So far I’ve only tried the Artisan du Chocolat Jamaica bar and no other. In fact I’m not aware of any other bar of available in the UK using Jamaican cocoa. I know Bonnat do a bar biut I’ve not managed to get myself any yet. So I was very excited to find out that earlier in the year I did actually buy the Amedei Jamaica Single Origin Bar as I sorted out my chocolate collection last week.
I can’t remember when Amedei changed their packaging but I feel it must have been in the past 12 months and certainly some time after I reviewed the Amedei Porcelana but I’m in two minds if I like it or not. On the one hand I like the wrap around feel like a good tight, snug dressing-gown, where if you’re lucky opening it can reveal something quite delightful. Well on the otherhand it does offer a less substantive feel that a solid box gives – as is the case with Beschle and Amano.
Inside the thin card wrapper is the bar which is contained within a paper-coated metal wrapper than just reminded of the cheap choc-ices my Mother used to by from Tesco. Its an unfortunate association as this bar tasted a million times better. It was, however, a nice departure from the traditional foil wrapping.
What was most striking, though, was the jam-packed, humdinger of an aroma. This bar doesn’t pull any punches. There’s honey, red wine, dates, walnuts, lemons, limes – its a jamboree of different notes. It reminds me very much of strong mulled-wine. I believe that this bar has as strong an aroma of any bar of reviewed recently. Pungent would be too strong a word as its more caclulated and subtle than that, but its certainly not for those that like undramatic chocolate.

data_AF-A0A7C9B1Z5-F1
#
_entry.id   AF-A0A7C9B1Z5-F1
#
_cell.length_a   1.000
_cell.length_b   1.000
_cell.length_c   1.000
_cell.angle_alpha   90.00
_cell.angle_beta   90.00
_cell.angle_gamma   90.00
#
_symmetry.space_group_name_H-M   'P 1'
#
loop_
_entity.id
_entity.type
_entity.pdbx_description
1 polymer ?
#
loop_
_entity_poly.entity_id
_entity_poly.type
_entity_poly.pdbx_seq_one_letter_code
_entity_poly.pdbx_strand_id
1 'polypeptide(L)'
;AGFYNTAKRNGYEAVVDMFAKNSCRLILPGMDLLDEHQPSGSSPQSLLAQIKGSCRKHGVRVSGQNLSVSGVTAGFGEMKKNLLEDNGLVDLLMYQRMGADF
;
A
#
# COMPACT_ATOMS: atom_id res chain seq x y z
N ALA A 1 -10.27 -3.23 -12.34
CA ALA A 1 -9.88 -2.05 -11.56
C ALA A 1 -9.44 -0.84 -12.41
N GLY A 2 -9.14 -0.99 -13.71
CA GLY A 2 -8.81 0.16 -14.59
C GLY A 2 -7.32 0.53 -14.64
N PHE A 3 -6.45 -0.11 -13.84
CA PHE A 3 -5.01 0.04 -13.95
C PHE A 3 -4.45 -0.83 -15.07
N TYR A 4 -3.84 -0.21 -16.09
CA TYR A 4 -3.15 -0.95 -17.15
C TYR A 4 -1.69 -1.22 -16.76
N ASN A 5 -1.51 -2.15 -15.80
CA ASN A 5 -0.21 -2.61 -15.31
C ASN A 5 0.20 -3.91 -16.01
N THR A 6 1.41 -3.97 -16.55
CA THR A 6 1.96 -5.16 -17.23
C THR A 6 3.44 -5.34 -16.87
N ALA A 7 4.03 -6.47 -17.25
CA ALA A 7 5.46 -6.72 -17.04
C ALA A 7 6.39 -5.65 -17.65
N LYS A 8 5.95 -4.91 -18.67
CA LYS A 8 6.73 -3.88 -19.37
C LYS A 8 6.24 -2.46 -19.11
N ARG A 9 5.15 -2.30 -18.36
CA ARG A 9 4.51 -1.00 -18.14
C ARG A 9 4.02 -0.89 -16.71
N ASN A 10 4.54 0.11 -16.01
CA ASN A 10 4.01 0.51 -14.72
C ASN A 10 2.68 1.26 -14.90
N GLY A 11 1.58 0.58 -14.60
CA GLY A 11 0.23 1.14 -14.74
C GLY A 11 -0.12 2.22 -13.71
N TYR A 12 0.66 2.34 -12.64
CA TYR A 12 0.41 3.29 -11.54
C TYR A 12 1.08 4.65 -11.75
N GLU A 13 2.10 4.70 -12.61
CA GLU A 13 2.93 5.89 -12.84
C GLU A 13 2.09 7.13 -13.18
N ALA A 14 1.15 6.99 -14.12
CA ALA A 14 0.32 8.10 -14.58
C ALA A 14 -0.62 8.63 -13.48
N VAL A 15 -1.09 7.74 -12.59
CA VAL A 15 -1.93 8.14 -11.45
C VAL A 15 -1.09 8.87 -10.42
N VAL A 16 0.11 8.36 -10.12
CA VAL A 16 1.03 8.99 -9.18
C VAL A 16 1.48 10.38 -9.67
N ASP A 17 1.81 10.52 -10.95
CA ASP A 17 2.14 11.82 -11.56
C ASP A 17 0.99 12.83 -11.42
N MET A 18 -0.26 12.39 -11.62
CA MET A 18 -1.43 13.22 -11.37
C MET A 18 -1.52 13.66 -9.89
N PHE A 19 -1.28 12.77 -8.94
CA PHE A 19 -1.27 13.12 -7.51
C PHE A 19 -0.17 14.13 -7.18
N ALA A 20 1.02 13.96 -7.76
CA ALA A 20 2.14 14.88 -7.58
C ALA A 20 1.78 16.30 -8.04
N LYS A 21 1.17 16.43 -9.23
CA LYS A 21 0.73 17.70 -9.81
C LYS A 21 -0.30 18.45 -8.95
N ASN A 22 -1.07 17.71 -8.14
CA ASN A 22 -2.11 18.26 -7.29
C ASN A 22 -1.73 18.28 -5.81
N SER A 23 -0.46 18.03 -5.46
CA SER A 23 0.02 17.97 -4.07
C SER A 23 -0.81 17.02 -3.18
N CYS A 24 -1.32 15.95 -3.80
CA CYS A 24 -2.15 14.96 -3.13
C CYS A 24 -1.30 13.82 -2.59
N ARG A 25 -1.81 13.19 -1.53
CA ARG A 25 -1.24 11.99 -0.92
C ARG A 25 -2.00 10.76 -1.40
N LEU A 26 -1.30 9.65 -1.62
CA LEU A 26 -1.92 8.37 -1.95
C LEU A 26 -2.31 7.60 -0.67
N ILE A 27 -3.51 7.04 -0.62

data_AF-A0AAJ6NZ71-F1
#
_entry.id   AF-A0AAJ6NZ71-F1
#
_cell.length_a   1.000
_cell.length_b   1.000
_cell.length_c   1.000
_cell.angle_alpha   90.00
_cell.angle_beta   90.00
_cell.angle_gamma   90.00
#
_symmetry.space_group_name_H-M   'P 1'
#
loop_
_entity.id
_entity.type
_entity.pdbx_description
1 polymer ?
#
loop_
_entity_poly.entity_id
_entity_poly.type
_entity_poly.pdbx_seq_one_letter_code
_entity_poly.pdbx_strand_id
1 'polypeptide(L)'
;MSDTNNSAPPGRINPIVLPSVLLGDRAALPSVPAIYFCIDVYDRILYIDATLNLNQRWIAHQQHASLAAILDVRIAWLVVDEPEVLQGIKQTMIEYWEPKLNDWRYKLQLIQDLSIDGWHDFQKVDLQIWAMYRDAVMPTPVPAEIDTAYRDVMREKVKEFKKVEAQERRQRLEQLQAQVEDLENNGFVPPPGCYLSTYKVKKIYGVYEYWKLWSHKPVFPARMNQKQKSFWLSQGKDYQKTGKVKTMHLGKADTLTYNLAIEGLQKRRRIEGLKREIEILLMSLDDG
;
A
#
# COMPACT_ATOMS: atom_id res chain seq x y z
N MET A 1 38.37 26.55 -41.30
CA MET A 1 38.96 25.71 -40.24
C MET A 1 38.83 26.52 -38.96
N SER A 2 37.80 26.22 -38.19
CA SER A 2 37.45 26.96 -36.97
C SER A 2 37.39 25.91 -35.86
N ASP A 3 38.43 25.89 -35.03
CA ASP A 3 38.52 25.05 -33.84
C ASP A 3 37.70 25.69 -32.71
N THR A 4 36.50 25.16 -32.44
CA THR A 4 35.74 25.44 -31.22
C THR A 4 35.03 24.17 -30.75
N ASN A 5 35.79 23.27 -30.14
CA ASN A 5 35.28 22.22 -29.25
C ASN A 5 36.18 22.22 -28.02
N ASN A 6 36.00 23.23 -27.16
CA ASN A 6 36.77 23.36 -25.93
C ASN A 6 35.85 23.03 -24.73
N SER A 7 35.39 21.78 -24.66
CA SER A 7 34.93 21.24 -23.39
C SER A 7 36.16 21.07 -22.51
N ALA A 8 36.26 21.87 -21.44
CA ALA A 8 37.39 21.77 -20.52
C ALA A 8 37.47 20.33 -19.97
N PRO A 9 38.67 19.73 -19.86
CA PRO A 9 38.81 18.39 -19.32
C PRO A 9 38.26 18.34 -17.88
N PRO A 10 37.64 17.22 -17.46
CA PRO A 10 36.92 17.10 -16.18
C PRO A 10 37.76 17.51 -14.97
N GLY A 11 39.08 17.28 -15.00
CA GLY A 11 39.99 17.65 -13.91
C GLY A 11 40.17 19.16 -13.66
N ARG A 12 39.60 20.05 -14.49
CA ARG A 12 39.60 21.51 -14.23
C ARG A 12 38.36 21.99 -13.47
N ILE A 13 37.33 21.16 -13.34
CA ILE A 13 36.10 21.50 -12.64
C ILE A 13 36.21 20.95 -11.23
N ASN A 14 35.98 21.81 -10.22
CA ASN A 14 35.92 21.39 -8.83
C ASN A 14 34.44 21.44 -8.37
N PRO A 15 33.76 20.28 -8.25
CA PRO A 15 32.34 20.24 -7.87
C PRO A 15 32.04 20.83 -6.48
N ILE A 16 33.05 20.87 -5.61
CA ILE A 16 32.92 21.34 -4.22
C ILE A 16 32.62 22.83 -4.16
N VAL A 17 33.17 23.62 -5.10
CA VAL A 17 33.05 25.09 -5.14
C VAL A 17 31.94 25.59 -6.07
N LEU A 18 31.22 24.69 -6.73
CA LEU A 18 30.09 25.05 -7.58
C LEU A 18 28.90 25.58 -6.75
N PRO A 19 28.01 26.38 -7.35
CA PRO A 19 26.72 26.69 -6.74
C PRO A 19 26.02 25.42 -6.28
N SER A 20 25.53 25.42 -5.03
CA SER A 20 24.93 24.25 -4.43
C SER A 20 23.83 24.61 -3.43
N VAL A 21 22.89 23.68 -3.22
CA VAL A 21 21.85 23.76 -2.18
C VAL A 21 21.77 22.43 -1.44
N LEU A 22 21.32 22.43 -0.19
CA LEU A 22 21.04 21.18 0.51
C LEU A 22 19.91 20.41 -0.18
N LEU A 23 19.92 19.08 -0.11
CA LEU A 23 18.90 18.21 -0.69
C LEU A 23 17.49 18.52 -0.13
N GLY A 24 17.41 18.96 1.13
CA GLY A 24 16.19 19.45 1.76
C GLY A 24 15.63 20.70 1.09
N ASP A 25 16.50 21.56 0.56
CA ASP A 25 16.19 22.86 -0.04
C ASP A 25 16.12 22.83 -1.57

Flavour-wise I’d say its pretty much a psychofrenic bar. There’s a lot going on. At first there’s an oaky, nut flavour which morphs into a redcurrant and honey tone with the slightest edge of all-spice with caramel just at the very end. What you will notice is that even after you think all of the chocolate has melted you’ll be getting flash backs of flavour – much in the same way as the Artisan du Chocolat version.
This most certainly isn’t a “session” bar of dark chocolate, its one to savour and revisit when you need a cocoa-induced pick-me-up. It’s certainly not as smooth and silky as the Amano Ocumare 70% or the Chapon Columbie but it’s still a great bar of dark chocolate. For my taste its just a touch too robust, but if we only ever tried the same style of chocolate then we’d be missing out on so much great chocolate.